Article
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We assessed the status and distribution of mammals using camera traps in Ramnagar Forest Division between February and June 2017. A total of 2656 independent photographs representing herbivores (57.2%), carnivores (7%), omnivores (6.8%), birds (2.0%), cattle (5.6%), humans (18.7%) and free-ranging stray dogs (2.7%) were recorded from 96 trap stations. Tiger (Panthera tigris) was trapped more often than other carnivores. Spotted deer (Axis axis) stood first among the herbivores and rhesus macaque (Macaca mulatta) among the omnivores. The Relative Abundance Index (RAI) for spotted deer was highest at low anthropogenic disturbance sites, while for other members of cervidae (barking deer Muntiacus muntjac; sambar Rusa unicolor and Himalayan goral Naemorhedus goral), it was highest at sites free from the disturbance. Tiger was most abundant at low while leopard (Panthera pardus) at high anthropogenic disturbance sites. Except for leopard cat (Prionailurus bengalensis), other small carnivores including Jungle cat (Felis chaus), small Indian civet (Viverricula indica) and yellow-throated marten (Martes flavigula) and omnivore; golden jackal (Canis aureus) was photo captured mostly at medium human anthropogenic disturbance sites. The current information is expected to help in the formulation of management strategies for long-term conservation of mammals outside the protected areas in Terai-Arc Landscape.
... It can also be useful in identifying new or rare species that have yet to be well documented (Smithsonian, 2017). Camera trapping has been proved to be an effective method in monitoring elusive and nocturnal species along with population estimation of naturally marked individuals using spatially explicit capture-recapture models (Karanth and Nichols, 1998;Ramesh et al., 2009;Harihar et al., 2014). Alternatively, for indistinguishable individuals of species such as ungulates, bears and other small mammals, generally photo capture rate (photographs/ trapping effort) has been widely used to estimate the relative abundance (Datta et al., 2008;Sathyakumar et al., 2011;Lahanker et al., 2018). ...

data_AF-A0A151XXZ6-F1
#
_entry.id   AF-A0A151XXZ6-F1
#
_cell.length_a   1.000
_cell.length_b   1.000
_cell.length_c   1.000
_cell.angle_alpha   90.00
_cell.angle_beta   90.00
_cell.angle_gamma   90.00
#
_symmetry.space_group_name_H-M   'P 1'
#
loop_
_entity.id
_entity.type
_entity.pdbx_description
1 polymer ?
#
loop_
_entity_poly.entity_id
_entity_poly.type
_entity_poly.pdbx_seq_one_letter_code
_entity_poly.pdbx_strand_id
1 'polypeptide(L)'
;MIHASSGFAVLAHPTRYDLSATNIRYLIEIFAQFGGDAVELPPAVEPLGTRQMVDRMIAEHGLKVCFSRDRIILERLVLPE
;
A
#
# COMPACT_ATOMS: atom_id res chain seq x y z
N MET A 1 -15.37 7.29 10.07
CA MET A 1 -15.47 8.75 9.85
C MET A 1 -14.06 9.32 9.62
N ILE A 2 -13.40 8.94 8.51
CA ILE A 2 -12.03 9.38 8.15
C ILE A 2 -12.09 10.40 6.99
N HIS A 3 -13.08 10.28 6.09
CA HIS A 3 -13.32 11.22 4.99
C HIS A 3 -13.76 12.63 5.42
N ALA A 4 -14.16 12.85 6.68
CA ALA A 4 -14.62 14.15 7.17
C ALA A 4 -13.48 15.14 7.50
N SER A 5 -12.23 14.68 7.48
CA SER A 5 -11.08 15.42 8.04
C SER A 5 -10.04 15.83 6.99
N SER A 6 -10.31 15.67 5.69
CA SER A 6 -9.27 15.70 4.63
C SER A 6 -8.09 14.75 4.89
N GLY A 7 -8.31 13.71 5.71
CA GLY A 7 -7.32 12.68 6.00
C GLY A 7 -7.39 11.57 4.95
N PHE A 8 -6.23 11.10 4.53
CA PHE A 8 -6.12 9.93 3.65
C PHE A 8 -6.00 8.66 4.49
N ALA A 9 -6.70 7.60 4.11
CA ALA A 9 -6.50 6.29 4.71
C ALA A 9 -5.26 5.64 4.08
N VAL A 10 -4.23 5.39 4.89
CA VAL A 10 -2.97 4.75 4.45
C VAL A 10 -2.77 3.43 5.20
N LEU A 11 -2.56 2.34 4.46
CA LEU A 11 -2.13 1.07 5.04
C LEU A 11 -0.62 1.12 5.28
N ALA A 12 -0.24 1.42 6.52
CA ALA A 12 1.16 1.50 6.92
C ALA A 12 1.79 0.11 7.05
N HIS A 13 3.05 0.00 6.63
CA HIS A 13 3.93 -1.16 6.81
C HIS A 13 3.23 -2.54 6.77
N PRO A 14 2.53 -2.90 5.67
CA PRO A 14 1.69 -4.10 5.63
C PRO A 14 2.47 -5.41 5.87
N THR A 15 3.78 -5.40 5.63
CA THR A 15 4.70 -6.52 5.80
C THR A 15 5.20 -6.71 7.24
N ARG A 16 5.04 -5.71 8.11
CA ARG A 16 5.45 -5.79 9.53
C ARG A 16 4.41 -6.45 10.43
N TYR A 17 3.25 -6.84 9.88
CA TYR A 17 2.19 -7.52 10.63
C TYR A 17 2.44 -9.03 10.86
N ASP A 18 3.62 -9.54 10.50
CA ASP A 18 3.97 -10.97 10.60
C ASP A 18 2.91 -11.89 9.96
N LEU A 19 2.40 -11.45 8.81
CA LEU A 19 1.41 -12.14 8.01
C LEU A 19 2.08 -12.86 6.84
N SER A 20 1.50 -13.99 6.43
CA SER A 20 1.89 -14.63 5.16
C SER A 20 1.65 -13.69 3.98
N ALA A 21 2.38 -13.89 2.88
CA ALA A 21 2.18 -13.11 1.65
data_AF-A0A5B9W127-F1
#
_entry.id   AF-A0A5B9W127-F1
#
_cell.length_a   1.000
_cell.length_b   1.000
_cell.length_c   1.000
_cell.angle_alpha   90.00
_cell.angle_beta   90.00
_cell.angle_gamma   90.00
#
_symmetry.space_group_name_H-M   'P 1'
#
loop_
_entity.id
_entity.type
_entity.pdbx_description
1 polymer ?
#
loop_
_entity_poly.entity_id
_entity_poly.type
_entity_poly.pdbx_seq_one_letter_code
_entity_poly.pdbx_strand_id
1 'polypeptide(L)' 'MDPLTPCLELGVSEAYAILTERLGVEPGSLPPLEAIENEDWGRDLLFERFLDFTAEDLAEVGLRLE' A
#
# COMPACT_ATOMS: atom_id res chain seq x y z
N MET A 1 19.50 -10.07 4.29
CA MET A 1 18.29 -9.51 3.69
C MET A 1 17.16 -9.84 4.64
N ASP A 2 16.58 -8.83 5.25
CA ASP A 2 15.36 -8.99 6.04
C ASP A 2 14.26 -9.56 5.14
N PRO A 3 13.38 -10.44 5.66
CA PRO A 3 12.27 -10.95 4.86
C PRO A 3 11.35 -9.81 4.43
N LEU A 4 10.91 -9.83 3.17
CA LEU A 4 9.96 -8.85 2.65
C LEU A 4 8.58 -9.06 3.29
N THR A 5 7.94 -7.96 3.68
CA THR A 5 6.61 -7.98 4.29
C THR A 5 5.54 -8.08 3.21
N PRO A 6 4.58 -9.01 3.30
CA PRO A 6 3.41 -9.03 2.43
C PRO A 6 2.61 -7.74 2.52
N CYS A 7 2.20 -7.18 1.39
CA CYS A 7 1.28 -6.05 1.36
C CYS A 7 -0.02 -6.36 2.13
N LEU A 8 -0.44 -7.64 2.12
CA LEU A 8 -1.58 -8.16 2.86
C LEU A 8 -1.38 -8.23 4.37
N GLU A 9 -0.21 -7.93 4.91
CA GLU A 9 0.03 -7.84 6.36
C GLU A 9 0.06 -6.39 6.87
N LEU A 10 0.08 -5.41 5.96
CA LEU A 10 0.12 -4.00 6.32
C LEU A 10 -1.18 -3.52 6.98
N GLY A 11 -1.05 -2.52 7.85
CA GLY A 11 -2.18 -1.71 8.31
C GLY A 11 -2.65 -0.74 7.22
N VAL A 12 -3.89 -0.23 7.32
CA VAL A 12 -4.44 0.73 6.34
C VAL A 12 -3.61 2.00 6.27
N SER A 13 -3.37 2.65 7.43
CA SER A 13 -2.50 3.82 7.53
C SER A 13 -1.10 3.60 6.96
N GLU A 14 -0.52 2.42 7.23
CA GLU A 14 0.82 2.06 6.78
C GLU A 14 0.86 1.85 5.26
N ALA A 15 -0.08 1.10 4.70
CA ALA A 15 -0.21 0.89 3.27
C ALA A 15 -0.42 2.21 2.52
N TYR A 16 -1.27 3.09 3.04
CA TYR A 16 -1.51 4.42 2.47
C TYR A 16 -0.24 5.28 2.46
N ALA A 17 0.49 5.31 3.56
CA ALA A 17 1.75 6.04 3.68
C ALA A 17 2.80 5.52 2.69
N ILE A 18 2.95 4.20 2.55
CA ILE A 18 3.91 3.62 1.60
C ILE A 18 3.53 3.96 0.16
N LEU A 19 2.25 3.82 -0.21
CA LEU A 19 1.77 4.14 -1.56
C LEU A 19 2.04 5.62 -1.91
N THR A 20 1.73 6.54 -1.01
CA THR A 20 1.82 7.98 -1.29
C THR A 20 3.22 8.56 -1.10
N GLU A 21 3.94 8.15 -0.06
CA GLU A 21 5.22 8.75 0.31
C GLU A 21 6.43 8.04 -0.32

Article
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Survey was undertaken for large and medium-sized mammals in Hadgarh Wildlife sanctuary using 60 camera traps during 20th October 2020 to 15th November 2020. There were 2049 independent captures of 19 large and medium-sized mammal species, including herbivores (35.8%), carnivores (5.4%), omnivores (6.4%), birds (5.6%), human traffic (20.3%), and free-ranging feral dogs (7.6%) recorded from 60 camera trap station. Out of 2049 photographs captured, 977 photographs of mammals belong to 13 families. The spotted deer, Axis axis, was the most frequently captured species which represented high relative abundance (RAI =16.13) and the rusty spotted cats (RAI=0.13) were represented by a relatively low abundance. Frequency of various anthropogenic activities were captured; movement of human being 27.67, with location 75%, livestock (RAI=25.80), with location 91.67% and feral dogs 10.40, with locations 50% and found to be negatively correlated with mammalian relative abundance. During the study, anthropogenic pressure such as conversion of natural habitats, encroachment, hunting, cattle grazing, tourism and fishing were observed which must have affected the distribution of mammals in Hadgarh Wildlife Sanctuary. The current camera traps survey will give an insight to the researchers to help in formulating the management strategies for long-term conservation of mammalian species in Hadgarh Wildlife Sanctuary in future.